This is Jerry Natividad.
Back in January, Natividad floated the idea that he might jump into the increasingly-crowded Republican race for U.S. Senate in Colorado. Natividad apparently needed more time to make up his mind on a potential Senate run, because he didn’t get around to formally announcing his candidacy until Tuesday, March 1 (which, of course, was the same day that Colorado Republicans got together for their first round of caucusing).
As John Frank reported for the Denver Post on March 1st, Natividad had a plan in mind for ballot access:
Natividad, a self-described moderate, said his late entry will not hurt his campaign. He plans to collect petition signatures to secure a spot on the ballot, rather than winning support from activists as part of the caucus process.
His campaign team includes consultants former state Sen. Josh Penry and former House Speaker Frank McNulty. Shannon Kopp and Evelyn Lim at KL Strategies are leading his fundraising effort.
Just seven days later, it sounds as though Natividad is already moving to “Plan B.” As Ernest Luning reports for the Colorado Statesman:
“My first instinct was to petition on,” Natividad told The Colorado Statesman in a statement. “But as I’ve made the rounds and worked the phones, Republican activists are truly uninspired by this parade of insiders and professional politicians. Is there an opening at the assembly for a guy who is a true outsider? Is there a clear contrast between a guy like me who’s come from literally nothing and built something vs. this cattle call of career politicians? No question about it. So yes, the assembly looks more and more appealing every day.”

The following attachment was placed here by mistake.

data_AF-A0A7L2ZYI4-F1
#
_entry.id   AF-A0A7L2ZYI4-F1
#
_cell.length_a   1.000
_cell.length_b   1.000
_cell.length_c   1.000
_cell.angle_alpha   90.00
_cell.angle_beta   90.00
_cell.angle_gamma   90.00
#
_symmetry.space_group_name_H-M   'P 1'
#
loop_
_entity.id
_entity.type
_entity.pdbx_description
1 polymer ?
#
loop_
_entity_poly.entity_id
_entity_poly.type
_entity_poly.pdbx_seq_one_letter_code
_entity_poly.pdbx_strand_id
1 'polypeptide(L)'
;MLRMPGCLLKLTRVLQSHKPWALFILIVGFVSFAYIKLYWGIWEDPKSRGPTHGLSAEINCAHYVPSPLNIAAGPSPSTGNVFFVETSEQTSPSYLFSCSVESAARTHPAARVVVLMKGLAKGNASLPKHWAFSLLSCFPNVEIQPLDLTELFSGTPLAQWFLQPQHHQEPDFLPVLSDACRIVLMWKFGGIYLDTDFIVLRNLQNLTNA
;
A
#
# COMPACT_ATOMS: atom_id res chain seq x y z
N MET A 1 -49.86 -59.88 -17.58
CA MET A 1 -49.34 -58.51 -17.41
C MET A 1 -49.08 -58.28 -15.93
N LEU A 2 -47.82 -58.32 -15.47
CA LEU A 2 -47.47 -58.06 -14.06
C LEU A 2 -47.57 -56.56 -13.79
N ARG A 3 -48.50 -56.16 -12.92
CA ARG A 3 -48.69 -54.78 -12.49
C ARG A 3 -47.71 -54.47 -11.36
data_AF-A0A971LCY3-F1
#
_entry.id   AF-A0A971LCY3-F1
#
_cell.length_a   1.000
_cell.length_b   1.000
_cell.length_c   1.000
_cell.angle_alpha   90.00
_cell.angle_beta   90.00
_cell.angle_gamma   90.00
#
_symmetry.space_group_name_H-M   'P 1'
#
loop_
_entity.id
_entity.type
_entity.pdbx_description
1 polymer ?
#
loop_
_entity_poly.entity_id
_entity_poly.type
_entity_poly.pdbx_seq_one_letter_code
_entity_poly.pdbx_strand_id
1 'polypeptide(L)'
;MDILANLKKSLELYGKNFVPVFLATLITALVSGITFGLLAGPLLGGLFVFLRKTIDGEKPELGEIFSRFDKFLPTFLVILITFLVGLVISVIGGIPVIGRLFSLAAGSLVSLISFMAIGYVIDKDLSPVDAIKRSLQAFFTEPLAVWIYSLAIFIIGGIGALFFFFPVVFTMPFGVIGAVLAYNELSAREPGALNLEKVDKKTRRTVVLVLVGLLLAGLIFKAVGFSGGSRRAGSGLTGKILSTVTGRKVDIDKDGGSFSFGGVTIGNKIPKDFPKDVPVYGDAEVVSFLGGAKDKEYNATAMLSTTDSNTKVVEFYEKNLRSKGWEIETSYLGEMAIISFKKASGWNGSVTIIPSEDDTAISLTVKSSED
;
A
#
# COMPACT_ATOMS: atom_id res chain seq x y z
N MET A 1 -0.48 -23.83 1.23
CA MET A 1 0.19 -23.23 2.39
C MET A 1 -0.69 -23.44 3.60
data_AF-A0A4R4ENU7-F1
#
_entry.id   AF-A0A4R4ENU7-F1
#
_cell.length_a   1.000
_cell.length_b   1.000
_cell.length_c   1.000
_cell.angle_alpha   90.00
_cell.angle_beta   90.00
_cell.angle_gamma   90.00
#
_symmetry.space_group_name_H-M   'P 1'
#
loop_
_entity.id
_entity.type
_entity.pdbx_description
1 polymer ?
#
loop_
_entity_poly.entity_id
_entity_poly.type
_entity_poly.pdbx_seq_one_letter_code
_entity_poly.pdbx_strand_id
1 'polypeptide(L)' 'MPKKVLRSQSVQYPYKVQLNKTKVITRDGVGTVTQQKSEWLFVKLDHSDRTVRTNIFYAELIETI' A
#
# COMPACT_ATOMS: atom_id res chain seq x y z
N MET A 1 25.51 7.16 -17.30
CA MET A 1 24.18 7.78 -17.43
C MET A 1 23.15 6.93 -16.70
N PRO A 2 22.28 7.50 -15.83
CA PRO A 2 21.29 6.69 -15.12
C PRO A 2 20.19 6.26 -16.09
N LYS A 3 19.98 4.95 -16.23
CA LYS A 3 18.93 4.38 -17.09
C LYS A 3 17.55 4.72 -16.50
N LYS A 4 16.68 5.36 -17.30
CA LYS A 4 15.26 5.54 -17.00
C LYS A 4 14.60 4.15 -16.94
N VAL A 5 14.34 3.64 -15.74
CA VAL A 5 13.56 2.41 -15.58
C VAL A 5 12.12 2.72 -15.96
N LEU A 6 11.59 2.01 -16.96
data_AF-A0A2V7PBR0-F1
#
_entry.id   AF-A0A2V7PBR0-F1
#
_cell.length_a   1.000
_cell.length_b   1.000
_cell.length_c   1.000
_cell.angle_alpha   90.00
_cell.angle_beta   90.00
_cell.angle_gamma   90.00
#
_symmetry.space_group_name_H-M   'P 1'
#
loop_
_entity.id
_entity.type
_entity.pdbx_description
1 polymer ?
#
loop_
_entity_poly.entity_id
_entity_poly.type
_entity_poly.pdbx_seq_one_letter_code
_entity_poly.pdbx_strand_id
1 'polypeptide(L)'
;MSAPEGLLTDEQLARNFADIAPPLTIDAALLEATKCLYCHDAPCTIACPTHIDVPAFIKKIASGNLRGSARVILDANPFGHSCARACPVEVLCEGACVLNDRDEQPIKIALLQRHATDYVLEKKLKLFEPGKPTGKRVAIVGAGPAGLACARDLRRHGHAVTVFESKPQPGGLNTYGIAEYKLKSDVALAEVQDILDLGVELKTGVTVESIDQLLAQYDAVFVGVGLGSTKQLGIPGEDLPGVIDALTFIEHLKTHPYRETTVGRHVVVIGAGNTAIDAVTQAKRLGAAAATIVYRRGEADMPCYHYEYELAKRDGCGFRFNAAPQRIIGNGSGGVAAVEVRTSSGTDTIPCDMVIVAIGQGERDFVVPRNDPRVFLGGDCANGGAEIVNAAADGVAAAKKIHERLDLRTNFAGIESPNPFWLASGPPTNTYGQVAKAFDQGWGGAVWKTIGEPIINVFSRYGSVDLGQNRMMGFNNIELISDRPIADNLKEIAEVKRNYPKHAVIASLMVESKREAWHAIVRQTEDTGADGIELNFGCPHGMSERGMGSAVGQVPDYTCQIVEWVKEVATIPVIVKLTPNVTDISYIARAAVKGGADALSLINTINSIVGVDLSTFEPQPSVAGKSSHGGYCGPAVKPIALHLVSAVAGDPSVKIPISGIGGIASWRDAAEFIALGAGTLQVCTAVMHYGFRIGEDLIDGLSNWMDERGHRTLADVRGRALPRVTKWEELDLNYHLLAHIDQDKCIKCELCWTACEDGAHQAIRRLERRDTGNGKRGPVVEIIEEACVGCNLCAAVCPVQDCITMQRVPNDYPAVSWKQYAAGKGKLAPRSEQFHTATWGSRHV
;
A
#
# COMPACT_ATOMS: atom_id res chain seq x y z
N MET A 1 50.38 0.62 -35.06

The Colorado secretary of state’s office hasn’t approved nominating petitions for Natividad, a spokeswoman told The Statesman Tuesday. [Pols emphasis]
That’s some nice messaging spin from Natividad on the “value” of seeking the ballot through the State Republican Assembly on April 9 in Colorado Springs, but it’s obvious that the real determining factor was simply that he was running out of time. Senate candidates going the petition route need to submit 10,500 signatures (1,500 from each of Colorado’s seven Congressional districts) to the Secretary of State’s office by April 4 — which is less than four weeks from today — and Natividad had yet to get his nominating petitions approved for distribution.
At least four other candidates (Robert Blaha, Jack Graham, Jon Keyser, and Ryan Frazier) have been gathering petition signatures for several weeks already, so there wasn’t going to be a lot of low-hanging fruit for Natividad to harvest in a mad rush before April 4. This was the right strategic call for Natividad, but it’s difficult to see how he’s going to make the ballot through the GOP Assembly. As we wrote in this space on the day after Super Tuesday, state Sen. Tim Neville is probably the only Republican candidate who can feel confident that his name will appear on the June 28 Primary ballot. Depending on how well Neville performs at the State Assembly, there may only be room for one other Republican candidate seeking ballot access through the caucus process.
In order to make it onto the June 28th ballot via the caucus process, a candidate must receive at least 30% of the vote at the State GOP Assembly on April 9. Anybody who receives less than 30% can only make the ballot by petition, but by then, that ship will have long since sailed. In other words, it’s 30% or bust.
Assuming Neville picks up more than 30% of delegates at the State Assembly, the margin of error for the rest of the caucus-going candidates will start to shrink rapidly (Natividad, Peg Littleton, Darryl Glenn, and a handful of third-tier candidates are going the Assembly route). It is only mathematically possible for three candidates to make it through the Assembly, and only if all three wind up with about 33% of the delegates, respectively.
If Neville receives more than 40% of the vote at the Assembly, which seems likely, then there is only enough space for one more Republican candidate to crack the 30% threshold. Could Jerry Natividad pick up enough delegate support to be that second candidate? It’s certainly possible, but that would assume that folks such as Littleton and Glenn aren’t getting enough love from GOP activists despite campaigning for months.
Perhaps Natividad really just wanted to run for U.S. Senate for about a month before moving on to something else. If that’s the case here, then things are going just like he planned.